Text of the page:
Sorry if this has been addressed, but I looked through the threads and didn't see this --
on a single-stage press, do you have to reset the die for each session -- for example, if I'm setting up to flare the .45 ACP case mouth, I expect to misjudge a couple of cases until I get it properly dialed in, and perhaps ruin a case or two. Say a month later, I'm ready to do another run -- will the flaring dies (or seating die or whatever) retain the setting, or would I need to do the trial-and-error thing all over again?
One of the reasons I'm considering a turret rather than single stage is that it seems that with the turret, I'm not constantly removing the dies, thus maintaining the setting -- or is this a mistaken thought?
Homo sum: humani nil a me alienum puto
I use a 'turret' type press, 4 die positions.
I switch around a fair amount, so I haven't bothered to go full progressive.
Once the dies are 'set', then removed they should be very close for the next session. I for one would never trust the exact setting though. I have my calipers for COL checks. The 'flare' should be close, I often just check with a bullet.
Then of course if one changes bullets, seating needs to be adjusted.
With your setup just keep the batch numbers fairly high, like prep a lot of cases before changing over.
I gave the older Son a few handguns recently, including a Beretta 92, so I'm doing a lot of 9mm 115 grain reloads. Then I will go back to more 7.5 Swiss for the K31 rifle the other Son shoots.
One thing to add also, the dies should be cleaned & lighly lubed once in a while. That often includes taking them apart somewhat. Doing so will of course mess up all the settings you had anyway.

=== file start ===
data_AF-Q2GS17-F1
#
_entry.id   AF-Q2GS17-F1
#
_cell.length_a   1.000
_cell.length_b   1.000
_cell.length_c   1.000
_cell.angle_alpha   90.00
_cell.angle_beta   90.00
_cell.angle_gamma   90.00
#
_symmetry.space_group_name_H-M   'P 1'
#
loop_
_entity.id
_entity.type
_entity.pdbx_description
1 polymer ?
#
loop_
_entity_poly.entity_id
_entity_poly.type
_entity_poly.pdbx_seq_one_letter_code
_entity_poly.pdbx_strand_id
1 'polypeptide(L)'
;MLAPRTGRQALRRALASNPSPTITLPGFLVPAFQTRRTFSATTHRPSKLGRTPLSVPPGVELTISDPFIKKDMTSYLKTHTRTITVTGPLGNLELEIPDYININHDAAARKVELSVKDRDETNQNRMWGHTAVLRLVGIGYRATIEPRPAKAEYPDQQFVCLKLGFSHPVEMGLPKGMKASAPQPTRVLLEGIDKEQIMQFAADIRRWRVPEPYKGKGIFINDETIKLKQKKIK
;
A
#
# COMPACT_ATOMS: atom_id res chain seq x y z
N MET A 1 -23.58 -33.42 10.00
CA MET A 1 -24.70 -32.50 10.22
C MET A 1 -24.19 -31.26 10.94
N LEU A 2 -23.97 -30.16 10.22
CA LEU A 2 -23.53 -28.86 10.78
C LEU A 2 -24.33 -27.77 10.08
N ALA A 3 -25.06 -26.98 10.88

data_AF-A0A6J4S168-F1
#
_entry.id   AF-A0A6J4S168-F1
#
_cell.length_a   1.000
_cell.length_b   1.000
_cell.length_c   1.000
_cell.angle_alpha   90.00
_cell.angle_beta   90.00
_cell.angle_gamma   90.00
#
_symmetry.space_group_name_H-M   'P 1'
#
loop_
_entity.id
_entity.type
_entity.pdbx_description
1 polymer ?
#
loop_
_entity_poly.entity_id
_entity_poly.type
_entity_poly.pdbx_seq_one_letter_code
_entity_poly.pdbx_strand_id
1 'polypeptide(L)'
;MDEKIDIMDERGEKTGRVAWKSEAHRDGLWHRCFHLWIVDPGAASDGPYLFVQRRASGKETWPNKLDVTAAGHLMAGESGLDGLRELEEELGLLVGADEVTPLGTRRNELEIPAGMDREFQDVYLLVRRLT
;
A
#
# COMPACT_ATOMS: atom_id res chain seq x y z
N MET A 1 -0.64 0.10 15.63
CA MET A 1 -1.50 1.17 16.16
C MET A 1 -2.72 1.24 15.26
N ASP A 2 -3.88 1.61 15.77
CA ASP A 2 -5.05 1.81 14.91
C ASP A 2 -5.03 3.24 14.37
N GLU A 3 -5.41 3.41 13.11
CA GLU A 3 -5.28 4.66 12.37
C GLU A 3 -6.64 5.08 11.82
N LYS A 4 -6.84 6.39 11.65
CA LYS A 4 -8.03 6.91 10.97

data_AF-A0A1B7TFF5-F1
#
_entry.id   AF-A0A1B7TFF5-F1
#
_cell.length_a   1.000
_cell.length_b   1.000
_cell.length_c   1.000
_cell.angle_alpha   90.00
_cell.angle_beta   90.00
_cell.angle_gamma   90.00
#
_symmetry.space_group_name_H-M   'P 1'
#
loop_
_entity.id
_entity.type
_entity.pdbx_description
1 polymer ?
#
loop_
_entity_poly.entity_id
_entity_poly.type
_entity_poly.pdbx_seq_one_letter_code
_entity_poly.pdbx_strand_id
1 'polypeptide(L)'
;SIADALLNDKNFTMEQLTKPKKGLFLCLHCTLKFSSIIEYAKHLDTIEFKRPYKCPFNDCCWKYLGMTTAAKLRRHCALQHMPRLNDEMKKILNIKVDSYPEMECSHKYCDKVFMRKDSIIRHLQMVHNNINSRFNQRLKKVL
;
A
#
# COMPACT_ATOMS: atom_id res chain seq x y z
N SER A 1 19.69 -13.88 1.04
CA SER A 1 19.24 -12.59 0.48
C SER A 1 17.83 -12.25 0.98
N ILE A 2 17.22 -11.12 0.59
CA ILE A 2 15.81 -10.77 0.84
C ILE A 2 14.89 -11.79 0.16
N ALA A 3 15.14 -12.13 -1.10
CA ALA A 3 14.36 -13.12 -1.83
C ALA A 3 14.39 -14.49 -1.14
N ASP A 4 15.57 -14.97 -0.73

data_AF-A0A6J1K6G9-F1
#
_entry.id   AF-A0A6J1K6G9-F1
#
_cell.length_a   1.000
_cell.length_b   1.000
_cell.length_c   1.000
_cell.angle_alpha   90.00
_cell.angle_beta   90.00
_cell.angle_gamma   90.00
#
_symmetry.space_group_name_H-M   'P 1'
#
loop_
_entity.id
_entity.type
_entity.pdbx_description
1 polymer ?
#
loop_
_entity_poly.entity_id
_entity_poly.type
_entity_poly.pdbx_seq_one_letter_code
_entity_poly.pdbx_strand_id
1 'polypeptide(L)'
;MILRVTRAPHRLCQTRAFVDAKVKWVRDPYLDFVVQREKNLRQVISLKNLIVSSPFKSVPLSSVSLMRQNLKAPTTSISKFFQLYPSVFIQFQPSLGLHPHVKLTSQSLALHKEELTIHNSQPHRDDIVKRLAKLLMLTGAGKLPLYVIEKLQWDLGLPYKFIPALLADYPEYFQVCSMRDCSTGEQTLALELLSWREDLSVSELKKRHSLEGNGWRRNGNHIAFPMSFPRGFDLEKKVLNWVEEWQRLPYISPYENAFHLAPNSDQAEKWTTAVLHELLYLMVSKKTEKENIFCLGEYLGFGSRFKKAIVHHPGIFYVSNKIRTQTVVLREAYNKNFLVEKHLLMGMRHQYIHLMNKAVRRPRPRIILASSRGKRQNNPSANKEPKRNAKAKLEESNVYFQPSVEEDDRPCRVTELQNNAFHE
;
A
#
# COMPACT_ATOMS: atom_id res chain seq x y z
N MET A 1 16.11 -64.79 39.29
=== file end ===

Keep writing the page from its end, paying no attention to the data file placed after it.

|Alea iacta est|
If you want a single stage that retains die settings, get a coax. The lock rings and mounting system are the shit.
I did a video of it a while back, there may still be a link to it in here. Or you can search YouTube for it.
Every time you make a typo, the errorists win.
No. Set the dies, use good lock rings, not Lee, then it is just putting dies in & out.
IF YOU AREN'T HANDLOADING, YOU AREN'T SHOOTING ENOUGH!
NRA Instruc: Basic Pistol & Met Reloading
You get a lock rig that won't move on the threads of the die. Once you lock them in place just thread the die down until it stops. Works the same on the CO-AX except the die is held by the lock ring vs the threads on the die.
This is spot on,I did that to mine about fifty years back
Thanks for the patient replies. I was thinking of the turret press (Lee Classic) and using it as a single stage (nonindexing) because of the die setting issue, but now I'll broaden my search to single-stage.
Now, when you say "not Lee," does that mean replace the Lee locking rings or just stay away from Lee dies completely?
Homo sum: humani nil a me alienum puto
|Shit don't |
I like to use the Hornaday lock rings. The set screws do not hit the threads like others.
I'm in the process of switching my single stage dies over to the Hornaday Lock n Load setup.
https://www.amazon.com/Hornady...ds=hornady+lock+loadThis message has been edited. Last edited by: 1967Goat,